In their traffic results for October, China’s three largest carriers announced something few might have imagined half a year ago, when the country was in the throes of the coronavirus outbreak.
The ‘Big Three’ — Air China, China Eastern Airlines and China Southern Airlines — each announced new domestic route launches.
What made it more significant for the carriers was that it was announced in piecemeal fashion; instead, each of the carriers rolled out more than 10 new routes, many of them between second and third-tier Chinese cities.
Indeed, the announcements of October underscore the rapid domestic recovery seen by the Chinese airline industry — one that has been helped by the Chinese government’s ability so far to keep the virus under control.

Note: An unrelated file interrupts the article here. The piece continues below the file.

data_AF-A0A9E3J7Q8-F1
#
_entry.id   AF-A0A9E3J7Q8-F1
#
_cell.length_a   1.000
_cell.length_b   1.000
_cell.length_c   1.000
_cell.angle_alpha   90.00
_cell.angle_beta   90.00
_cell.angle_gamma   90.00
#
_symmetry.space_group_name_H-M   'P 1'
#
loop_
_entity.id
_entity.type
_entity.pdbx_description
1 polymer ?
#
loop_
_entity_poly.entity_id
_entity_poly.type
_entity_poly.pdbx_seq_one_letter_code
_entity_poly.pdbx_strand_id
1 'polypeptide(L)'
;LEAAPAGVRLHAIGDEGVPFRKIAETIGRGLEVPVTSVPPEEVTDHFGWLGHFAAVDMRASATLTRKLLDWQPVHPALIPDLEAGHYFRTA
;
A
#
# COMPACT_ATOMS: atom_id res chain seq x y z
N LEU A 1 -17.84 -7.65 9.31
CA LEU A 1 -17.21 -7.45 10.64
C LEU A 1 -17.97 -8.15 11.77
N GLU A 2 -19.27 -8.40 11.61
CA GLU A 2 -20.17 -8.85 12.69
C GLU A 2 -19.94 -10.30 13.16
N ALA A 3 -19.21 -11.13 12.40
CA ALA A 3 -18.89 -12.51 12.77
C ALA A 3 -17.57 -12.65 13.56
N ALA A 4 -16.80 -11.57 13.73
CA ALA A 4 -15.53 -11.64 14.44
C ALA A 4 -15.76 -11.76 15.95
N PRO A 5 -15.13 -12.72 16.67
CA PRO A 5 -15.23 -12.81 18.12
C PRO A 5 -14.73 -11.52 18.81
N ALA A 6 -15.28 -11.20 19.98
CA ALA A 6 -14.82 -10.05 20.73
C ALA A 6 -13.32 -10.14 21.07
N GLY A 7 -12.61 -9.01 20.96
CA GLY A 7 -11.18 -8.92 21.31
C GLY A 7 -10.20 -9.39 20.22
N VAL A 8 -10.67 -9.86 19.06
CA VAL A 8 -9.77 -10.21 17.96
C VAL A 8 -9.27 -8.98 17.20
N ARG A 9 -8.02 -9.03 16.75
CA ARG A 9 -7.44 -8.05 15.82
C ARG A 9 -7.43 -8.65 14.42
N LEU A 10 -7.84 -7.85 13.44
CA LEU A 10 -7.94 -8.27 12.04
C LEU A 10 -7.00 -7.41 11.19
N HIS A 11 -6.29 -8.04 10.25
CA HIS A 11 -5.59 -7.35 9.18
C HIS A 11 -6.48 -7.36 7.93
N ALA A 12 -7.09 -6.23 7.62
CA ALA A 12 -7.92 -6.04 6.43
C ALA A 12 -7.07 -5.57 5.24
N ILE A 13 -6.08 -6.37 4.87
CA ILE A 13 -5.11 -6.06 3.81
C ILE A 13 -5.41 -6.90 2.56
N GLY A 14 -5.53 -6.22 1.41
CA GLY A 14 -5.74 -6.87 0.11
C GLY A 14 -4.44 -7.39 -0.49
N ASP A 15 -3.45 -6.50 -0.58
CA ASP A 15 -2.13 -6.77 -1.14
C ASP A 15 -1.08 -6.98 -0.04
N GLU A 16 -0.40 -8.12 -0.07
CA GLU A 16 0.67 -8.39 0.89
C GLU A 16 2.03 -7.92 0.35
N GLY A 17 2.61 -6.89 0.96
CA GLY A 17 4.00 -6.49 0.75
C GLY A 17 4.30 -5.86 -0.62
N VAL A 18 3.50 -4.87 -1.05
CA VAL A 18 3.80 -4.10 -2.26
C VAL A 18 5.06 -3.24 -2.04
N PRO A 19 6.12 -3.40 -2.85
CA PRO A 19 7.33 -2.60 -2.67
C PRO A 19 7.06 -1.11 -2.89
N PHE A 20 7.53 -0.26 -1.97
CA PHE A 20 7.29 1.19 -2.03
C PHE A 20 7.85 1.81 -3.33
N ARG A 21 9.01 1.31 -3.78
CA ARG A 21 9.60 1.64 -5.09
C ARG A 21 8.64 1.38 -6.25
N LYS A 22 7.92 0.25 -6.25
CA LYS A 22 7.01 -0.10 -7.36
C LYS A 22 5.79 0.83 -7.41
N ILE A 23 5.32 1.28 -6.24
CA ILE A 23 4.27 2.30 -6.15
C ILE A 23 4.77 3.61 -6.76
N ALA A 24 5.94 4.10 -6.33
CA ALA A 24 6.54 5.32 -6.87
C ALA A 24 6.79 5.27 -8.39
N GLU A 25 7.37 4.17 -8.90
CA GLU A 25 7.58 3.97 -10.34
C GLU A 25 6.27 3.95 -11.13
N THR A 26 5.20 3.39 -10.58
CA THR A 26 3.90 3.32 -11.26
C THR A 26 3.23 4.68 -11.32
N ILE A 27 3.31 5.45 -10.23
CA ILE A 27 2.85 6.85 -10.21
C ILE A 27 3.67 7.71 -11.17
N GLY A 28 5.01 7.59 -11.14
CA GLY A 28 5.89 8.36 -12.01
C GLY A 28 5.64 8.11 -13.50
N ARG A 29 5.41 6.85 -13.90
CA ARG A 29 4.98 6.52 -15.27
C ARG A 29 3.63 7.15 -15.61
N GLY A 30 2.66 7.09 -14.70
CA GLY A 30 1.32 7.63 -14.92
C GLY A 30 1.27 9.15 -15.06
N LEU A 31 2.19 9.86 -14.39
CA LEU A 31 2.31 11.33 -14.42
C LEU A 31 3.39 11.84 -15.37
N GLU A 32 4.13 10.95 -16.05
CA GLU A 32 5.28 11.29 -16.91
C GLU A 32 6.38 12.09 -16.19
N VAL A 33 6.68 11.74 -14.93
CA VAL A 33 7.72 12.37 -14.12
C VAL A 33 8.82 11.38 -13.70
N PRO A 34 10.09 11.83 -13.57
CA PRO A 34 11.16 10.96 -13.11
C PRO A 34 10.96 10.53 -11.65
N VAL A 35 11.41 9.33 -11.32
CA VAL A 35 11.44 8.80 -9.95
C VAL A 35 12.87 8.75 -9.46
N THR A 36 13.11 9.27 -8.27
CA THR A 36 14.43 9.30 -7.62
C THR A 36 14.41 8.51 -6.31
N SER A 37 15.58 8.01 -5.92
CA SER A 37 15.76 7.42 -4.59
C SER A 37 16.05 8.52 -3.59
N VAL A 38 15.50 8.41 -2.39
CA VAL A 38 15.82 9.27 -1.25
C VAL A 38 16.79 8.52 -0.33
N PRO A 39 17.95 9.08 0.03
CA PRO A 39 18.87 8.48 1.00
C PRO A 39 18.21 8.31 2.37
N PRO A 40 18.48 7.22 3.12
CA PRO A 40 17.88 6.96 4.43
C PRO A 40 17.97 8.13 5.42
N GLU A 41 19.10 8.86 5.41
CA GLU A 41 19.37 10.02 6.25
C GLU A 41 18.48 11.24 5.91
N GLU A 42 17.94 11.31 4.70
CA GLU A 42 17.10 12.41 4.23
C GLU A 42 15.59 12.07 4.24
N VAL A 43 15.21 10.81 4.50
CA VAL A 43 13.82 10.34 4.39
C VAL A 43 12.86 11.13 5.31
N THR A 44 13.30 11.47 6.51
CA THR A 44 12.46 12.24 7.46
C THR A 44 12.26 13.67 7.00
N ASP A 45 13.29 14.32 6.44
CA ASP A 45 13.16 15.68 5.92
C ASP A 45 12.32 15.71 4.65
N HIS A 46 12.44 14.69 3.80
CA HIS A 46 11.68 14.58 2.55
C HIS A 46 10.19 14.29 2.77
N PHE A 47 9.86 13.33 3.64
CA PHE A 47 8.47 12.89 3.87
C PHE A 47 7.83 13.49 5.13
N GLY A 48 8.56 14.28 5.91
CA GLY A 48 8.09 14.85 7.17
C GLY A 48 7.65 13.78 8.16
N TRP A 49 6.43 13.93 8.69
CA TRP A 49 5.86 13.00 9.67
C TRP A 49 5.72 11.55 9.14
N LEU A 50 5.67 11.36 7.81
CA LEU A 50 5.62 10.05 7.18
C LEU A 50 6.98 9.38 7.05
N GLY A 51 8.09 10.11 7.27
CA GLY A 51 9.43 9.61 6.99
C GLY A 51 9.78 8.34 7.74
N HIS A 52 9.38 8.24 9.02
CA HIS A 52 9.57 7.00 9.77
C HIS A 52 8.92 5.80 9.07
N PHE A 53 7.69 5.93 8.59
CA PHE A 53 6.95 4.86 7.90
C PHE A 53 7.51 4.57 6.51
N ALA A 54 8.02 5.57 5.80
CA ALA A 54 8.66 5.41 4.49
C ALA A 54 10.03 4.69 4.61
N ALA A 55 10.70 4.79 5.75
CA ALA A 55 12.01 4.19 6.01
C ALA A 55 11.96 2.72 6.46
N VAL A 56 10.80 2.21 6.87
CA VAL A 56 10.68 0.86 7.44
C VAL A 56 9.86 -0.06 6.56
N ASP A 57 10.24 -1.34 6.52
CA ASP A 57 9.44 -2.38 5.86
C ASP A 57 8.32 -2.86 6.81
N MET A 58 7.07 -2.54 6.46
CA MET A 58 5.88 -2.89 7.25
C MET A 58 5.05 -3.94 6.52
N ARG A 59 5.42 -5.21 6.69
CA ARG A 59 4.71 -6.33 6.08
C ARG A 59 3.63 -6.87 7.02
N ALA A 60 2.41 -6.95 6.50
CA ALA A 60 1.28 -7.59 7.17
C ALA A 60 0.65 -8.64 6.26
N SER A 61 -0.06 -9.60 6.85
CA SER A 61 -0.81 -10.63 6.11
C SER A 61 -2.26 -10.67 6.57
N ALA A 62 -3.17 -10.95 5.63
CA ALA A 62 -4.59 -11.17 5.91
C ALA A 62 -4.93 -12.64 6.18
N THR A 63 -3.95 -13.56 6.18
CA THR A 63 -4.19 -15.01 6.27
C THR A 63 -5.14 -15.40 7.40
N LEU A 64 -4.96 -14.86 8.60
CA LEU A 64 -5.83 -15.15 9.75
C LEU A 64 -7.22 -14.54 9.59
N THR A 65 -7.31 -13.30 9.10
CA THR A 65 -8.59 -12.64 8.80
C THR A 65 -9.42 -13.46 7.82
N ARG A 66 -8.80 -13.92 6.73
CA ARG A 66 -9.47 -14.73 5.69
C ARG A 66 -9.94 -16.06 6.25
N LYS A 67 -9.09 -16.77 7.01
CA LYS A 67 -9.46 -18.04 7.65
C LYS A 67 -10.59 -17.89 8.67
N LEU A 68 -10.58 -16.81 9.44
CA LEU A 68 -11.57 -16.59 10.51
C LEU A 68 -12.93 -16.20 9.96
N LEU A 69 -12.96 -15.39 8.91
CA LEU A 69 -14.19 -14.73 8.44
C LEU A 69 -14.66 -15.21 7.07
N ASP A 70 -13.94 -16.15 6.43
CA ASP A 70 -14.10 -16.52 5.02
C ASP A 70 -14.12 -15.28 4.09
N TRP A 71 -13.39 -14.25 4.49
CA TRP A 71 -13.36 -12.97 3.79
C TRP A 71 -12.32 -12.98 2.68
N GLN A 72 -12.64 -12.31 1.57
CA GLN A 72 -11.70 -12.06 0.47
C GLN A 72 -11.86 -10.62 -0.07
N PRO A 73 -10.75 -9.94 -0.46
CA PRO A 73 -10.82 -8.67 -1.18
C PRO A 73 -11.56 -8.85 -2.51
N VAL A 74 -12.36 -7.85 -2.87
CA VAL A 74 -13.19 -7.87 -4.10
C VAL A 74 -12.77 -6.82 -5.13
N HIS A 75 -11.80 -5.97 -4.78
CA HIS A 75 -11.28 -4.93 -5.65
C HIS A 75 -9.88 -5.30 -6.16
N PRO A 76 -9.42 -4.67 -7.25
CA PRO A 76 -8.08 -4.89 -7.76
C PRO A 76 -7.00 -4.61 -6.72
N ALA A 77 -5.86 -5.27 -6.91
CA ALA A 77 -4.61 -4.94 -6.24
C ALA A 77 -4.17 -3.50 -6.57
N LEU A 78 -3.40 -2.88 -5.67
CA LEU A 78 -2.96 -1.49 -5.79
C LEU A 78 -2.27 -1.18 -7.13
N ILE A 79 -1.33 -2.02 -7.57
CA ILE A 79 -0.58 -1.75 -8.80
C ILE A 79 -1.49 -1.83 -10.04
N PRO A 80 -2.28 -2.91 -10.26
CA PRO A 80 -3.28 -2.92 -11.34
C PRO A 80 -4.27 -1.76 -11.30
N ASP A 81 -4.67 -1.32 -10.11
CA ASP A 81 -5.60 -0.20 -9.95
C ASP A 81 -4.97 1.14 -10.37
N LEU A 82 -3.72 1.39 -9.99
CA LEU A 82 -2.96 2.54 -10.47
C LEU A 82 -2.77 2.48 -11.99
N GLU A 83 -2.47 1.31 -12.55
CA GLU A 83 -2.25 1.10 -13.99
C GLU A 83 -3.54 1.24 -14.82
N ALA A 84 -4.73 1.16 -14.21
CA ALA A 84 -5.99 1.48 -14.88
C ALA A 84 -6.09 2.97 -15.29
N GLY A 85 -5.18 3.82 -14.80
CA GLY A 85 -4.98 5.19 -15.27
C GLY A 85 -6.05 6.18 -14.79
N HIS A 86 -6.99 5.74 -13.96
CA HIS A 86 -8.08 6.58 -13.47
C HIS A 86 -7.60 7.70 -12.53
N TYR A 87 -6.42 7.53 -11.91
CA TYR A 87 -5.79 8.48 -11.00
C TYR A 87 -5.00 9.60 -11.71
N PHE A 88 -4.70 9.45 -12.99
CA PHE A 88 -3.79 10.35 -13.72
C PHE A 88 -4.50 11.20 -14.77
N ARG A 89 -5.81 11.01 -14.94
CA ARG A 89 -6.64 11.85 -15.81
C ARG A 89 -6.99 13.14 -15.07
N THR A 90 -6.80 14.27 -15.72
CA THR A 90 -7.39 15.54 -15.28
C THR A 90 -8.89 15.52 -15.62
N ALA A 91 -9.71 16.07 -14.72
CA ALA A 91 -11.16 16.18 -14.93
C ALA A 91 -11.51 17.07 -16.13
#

It is also a strange juxtaposition against the gloom other carriers in Asia and around the world are experiencing, as they hunker down amid a pandemic-driven downturn.
But while the carriers have more or less secured domestic recovery — and then some — their international traffic figures still remain woefully depressed, thanks to the travel restrictions to curb the spread of the coronavirus.
It is a trend that is likely to continue into 2021, as countries battle fresh outbreaks and borders remain closed.
For Chinese carriers, however, they will enter the new year in better financial state than most of their competition, having had the advantage of strong domestic growth in the second half of 2020.
Indeed, a HSBC Global Research report in November underscores the sentiment, stating that Chinese carriers are best poised to recapture lost international capacity when borders reopen, while their competitors languish in shaky financial state.
The HSBC researchers also note that what could also be in Chinese carriers’